Clare is a specially trained Level 3 Pre and Post Natal Exercise Instructor and Level 3 Mat Pilates Instructor based in Brighton, who is experienced in working with pregnant and post natal woman who have had a range of experiences of pregnancy, birth and new motherhood.
In the last 3 Parts of this blog, I have focused on the numerous physical benefits of Pilates for post natal women. Although there are plenty more (and we’ll come back to them in the next post!) I’d like to focus today on the positive emotional and psychological benefits of Pilates which are often forgotten.
New Mums naturally feel they are on an emotional roller coaster during the initial weeks and months of motherhood. Feeling ecstatic and full of joy one moment, then filled with fear and self-doubt the next. Kicking in within the first two weeks of birth and lasting for a number of days or weeks, these emotions are commonly referred to as the ‘baby blues’ and are experienced by about 50% of new mothers. The readjustment of hormones in the body post birth and inevitable sleep deprivation in those early weeks only serve to heighten feelings of ‘not coping’. In most cases, these symptoms subside and no medical treatment is required.
Post Natal Depression (PND) affects about 10-15% of all post natal women. It often starts within one to two months of birth although it can start several months later in some cases. Common symptoms of post natal depression include; depression, irritability, changes in appetite, negative and guilty thoughts, lack of enjoyment, avoidance of people, feelings of hopelessness and suicidal thoughts. If you are concerned that you may be experiencing PND, book an appointment with your GP who will be able to provide or signpost you to the best support.
The good news is, that exercise can play an incredibly valuable role in regaining and maintaining emotional and psychological wellbeing for new mums (and everybody actually!). It can provide a much needed sense of familiarity and control within the new world of motherhood. A number of studies have even shown exercise to be as effective as psychotherapy and antidepressants in the treatment of mild to moderate depression.
So how exactly can Pilates help?……….
In Pilates, we use the ‘Lateral Breathing Technique’. This involves breathing fully into the sides and back of the lungs as you inhale and enables you get more air into your lungs. Participants often like to close their eyes (although this is not a requirement) and/or place their hands on their rib cage, so they can feel the sensation of the breath as it fills and empties from their body. As well as delivering more oxygen around the body and enabling your cells, organs and muscles to work at their best, this technique promotes a great sense of physical relaxation.
A Clear, Focused Mind
I encourage class participants to close their eyes when initiating the Lateral Breathing Technique, where possible. This encourages you to switch off from the world around you and start to focus on your own breath and sensations in your own body. By paying attention to your breath, you will start developing a deeper awareness of your own body; the parts which feel tight or stiff, what the breath feels like in your nose and mouth, whether you are putting more weight through one leg than the other etc.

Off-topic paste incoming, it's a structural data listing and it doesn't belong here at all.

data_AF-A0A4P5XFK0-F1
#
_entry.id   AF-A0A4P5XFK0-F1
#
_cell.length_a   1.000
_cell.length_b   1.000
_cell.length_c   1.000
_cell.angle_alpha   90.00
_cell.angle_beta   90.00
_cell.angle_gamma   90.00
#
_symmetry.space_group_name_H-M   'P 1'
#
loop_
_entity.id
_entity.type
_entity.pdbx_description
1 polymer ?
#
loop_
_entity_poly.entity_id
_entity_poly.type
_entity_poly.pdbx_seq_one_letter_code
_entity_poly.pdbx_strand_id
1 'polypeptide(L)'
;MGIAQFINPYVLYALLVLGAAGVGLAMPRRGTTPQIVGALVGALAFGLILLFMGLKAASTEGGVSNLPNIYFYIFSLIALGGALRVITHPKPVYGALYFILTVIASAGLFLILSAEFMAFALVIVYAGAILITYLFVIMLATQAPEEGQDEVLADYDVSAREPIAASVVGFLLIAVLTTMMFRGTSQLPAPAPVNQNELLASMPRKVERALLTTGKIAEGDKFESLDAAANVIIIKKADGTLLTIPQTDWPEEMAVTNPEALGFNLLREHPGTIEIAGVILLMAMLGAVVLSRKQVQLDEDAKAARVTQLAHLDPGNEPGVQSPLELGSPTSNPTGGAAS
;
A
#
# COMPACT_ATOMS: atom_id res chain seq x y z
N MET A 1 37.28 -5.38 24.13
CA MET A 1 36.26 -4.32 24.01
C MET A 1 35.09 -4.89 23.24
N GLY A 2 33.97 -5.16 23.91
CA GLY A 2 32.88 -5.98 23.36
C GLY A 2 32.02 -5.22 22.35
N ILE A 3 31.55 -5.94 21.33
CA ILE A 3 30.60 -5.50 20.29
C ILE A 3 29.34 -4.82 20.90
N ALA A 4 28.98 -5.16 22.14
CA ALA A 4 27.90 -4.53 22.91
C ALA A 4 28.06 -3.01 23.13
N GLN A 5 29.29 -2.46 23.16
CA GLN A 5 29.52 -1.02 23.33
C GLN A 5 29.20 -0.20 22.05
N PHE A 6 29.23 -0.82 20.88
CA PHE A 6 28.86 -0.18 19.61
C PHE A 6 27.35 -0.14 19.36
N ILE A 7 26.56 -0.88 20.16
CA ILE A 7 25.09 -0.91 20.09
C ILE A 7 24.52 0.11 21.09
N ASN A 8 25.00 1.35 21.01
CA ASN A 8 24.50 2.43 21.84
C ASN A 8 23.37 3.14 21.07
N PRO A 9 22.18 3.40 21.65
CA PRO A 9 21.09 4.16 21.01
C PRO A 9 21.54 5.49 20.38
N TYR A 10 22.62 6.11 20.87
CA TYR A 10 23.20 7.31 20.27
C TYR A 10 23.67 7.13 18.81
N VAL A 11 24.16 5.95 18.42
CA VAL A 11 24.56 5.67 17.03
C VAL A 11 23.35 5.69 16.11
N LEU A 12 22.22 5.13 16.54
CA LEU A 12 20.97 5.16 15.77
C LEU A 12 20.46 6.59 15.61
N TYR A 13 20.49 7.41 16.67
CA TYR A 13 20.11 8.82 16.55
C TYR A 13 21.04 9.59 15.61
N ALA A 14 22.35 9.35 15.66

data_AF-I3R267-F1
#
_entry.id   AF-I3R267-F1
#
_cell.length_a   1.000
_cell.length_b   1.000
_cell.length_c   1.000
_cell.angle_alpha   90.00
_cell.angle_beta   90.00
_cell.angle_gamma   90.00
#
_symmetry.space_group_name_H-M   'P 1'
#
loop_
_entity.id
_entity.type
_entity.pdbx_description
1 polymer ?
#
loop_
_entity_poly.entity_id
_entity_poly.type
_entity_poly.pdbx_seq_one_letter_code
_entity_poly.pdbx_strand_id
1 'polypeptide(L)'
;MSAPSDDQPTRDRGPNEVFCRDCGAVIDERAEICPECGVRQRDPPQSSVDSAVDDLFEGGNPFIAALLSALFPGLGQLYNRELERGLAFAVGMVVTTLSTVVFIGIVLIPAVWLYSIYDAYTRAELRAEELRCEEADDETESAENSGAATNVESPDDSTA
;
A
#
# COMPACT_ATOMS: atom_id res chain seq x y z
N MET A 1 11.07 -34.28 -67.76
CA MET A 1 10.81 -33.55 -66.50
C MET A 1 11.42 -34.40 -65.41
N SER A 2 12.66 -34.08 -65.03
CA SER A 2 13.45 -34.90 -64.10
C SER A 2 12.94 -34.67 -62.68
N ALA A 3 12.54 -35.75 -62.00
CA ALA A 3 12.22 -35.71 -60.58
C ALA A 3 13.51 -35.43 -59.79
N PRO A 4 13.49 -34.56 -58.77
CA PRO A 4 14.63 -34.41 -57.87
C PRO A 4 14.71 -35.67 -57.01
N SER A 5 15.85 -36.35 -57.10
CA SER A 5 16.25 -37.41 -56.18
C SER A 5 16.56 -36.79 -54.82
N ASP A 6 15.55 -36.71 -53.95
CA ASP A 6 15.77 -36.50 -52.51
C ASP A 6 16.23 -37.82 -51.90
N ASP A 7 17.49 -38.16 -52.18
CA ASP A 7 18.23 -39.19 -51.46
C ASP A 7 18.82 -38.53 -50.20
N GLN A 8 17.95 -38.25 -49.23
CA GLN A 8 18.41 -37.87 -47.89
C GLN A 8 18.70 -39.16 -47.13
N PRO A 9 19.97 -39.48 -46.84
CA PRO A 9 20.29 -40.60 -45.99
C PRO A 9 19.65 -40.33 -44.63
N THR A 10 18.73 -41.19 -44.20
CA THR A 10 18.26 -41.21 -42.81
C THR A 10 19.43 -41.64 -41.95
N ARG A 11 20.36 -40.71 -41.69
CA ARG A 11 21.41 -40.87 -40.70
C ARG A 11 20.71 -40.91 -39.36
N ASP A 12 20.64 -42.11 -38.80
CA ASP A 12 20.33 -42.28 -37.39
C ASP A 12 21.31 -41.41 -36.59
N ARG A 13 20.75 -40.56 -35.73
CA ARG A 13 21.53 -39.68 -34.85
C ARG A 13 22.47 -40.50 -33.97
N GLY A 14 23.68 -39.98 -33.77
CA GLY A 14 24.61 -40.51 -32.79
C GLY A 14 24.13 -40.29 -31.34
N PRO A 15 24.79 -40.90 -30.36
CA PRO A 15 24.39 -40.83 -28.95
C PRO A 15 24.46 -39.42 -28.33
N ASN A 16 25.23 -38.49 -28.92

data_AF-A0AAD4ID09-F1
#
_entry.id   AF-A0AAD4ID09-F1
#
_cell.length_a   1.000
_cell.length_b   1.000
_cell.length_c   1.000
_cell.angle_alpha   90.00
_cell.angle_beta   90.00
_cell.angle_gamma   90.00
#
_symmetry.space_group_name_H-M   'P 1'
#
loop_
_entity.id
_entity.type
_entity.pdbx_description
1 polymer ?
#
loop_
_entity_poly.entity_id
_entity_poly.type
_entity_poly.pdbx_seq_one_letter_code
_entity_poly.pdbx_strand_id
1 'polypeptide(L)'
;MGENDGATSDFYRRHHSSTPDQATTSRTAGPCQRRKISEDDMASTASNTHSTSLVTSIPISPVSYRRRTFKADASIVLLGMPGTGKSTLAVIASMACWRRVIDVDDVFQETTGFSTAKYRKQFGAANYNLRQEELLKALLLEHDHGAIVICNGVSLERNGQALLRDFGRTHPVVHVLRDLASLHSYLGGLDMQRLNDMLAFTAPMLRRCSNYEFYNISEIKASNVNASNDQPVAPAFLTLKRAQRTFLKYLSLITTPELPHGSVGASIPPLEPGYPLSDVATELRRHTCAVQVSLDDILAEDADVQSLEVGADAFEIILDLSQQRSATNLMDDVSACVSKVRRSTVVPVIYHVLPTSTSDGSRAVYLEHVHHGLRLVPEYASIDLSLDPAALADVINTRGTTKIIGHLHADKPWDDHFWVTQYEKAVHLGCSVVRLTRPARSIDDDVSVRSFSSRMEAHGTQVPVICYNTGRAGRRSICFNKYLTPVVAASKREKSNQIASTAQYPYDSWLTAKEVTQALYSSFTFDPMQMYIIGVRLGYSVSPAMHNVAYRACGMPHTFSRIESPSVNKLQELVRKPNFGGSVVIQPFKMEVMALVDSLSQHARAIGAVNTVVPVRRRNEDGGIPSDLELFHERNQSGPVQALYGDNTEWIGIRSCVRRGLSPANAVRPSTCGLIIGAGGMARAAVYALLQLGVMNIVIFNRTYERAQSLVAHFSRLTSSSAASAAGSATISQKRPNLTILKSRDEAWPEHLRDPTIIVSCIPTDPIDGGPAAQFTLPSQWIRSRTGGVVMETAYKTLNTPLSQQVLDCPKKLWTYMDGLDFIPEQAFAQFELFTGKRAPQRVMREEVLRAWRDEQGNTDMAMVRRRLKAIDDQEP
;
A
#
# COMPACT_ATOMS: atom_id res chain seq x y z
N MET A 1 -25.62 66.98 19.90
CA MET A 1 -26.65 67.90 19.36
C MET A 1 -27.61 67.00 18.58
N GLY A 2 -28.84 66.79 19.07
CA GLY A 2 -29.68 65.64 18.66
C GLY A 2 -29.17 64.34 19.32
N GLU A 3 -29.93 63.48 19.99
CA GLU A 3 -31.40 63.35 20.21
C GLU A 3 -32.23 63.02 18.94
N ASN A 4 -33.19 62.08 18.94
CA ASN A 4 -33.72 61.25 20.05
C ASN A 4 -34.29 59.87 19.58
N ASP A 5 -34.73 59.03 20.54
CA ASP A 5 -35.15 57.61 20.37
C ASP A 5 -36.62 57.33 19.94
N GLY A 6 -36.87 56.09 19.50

Bringing focus and attention to the breath naturally results in a slowing down of the breath as you try to get a closer ‘look’ at it, and this promotes a physical sense of relaxation. It inevitably clears the mind of other thoughts to make space for the new focus you are placing on your breath. As a result, thoughts that bring about fear, worry, anxiety, anger and stress or even wondering whether you locked the door and what’s for dinner, will be forced to quieten down and with practice, slip away.
Drawing the mind away from daily thoughts and focusing it instead on the simplicity of your own breath makes you feel more connected with and therefore more in control of, their own body. If you’ve ever practised ‘mindfulness’, you might find the feeling and results quite similar.
Focusing your attention inwards, clearing the mind of the daily chatter and enabling your lungs to physically work at their optimum encourages a wonderful sense of calm and relaxation. My clients leave each class smiling, shoulders lowered and having let go of, or placed into a more positive perspective, the worries which they carried into the studio an hour earlier. Importantly, they are also armed with breathing techniques which they can apply during stressful periods outside of their weekly Pilates class and so feel empowered to deal more calmly with whatever life brings.
If relaxation and calm is a specific goal for you, I would recommend coming to one of our adult only classes in the evening so you can benefit from a little ‘me’ time. Why not come and join us for a FREE TASTER SESSION and find out for yourself how Pilates can help your emotional and psychological wellbeing? Click here to book your space